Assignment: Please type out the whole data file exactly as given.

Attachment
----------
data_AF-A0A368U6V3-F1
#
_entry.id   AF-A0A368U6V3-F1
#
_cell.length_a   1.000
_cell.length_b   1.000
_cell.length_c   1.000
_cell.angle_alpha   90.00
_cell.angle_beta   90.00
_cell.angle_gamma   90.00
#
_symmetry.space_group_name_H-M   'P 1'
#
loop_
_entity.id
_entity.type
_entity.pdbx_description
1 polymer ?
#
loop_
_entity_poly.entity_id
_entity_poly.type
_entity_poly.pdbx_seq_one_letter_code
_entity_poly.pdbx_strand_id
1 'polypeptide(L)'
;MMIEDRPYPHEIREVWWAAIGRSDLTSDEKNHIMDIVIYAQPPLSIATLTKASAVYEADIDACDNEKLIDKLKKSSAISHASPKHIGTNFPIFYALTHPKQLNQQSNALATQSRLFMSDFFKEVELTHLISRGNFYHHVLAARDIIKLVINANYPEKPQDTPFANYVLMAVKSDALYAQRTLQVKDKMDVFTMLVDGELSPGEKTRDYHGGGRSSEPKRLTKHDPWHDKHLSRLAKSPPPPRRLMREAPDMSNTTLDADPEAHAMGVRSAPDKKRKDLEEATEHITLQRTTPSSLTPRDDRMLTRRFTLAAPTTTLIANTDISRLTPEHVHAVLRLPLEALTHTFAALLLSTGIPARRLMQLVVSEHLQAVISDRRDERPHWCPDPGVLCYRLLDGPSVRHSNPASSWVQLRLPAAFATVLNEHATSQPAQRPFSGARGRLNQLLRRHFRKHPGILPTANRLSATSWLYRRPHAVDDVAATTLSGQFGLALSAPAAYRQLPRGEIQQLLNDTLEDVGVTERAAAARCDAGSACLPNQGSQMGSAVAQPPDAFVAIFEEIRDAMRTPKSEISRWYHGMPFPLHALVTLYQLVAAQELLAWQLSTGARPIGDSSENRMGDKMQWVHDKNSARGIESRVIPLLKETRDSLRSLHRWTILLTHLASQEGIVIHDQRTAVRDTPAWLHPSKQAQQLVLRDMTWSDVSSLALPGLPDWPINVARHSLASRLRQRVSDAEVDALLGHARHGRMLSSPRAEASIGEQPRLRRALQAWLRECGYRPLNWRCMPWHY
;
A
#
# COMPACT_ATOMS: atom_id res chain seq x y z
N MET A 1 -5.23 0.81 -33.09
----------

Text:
data_AF-A0A368U6V3-F1
#
_entry.id   AF-A0A368U6V3-F1
#
_cell.length_a   1.000
_cell.length_b   1.000
_cell.length_c   1.000
_cell.angle_alpha   90.00
_cell.angle_beta   90.00
_cell.angle_gamma   90.00
#
_symmetry.space_group_name_H-M   'P 1'
#
loop_
_entity.id
_entity.type
_entity.pdbx_description
1 polymer ?
#
loop_
_entity_poly.entity_id
_entity_poly.type
_entity_poly.pdbx_seq_one_letter_code
_entity_poly.pdbx_strand_id
1 'polypeptide(L)'
;MMIEDRPYPHEIREVWWAAIGRSDLTSDEKNHIMDIVIYAQPPLSIATLTKASAVYEADIDACDNEKLIDKLKKSSAISHASPKHIGTNFPIFYALTHPKQLNQQSNALATQSRLFMSDFFKEVELTHLISRGNFYHHVLAARDIIKLVINANYPEKPQDTPFANYVLMAVKSDALYAQRTLQVKDKMDVFTMLVDGELSPGEKTRDYHGGGRSSEPKRLTKHDPWHDKHLSRLAKSPPPPRRLMREAPDMSNTTLDADPEAHAMGVRSAPDKKRKDLEEATEHITLQRTTPSSLTPRDDRMLTRRFTLAAPTTTLIANTDISRLTPEHVHAVLRLPLEALTHTFAALLLSTGIPARRLMQLVVSEHLQAVISDRRDERPHWCPDPGVLCYRLLDGPSVRHSNPASSWVQLRLPAAFATVLNEHATSQPAQRPFSGARGRLNQLLRRHFRKHPGILPTANRLSATSWLYRRPHAVDDVAATTLSGQFGLALSAPAAYRQLPRGEIQQLLNDTLEDVGVTERAAAARCDAGSACLPNQGSQMGSAVAQPPDAFVAIFEEIRDAMRTPKSEISRWYHGMPFPLHALVTLYQLVAAQELLAWQLSTGARPIGDSSENRMGDKMQWVHDKNSARGIESRVIPLLKETRDSLRSLHRWTILLTHLASQEGIVIHDQRTAVRDTPAWLHPSKQAQQLVLRDMTWSDVSSLALPGLPDWPINVARHSLASRLRQRVSDAEVDALLGHARHGRMLSSPRAEASIGEQPRLRRALQAWLRECGYRPLNWRCMPWHY
;
A
#
# COMPACT_ATOMS: atom_id res chain seq x y z
N MET A 1 -5.23 0.81 -33.09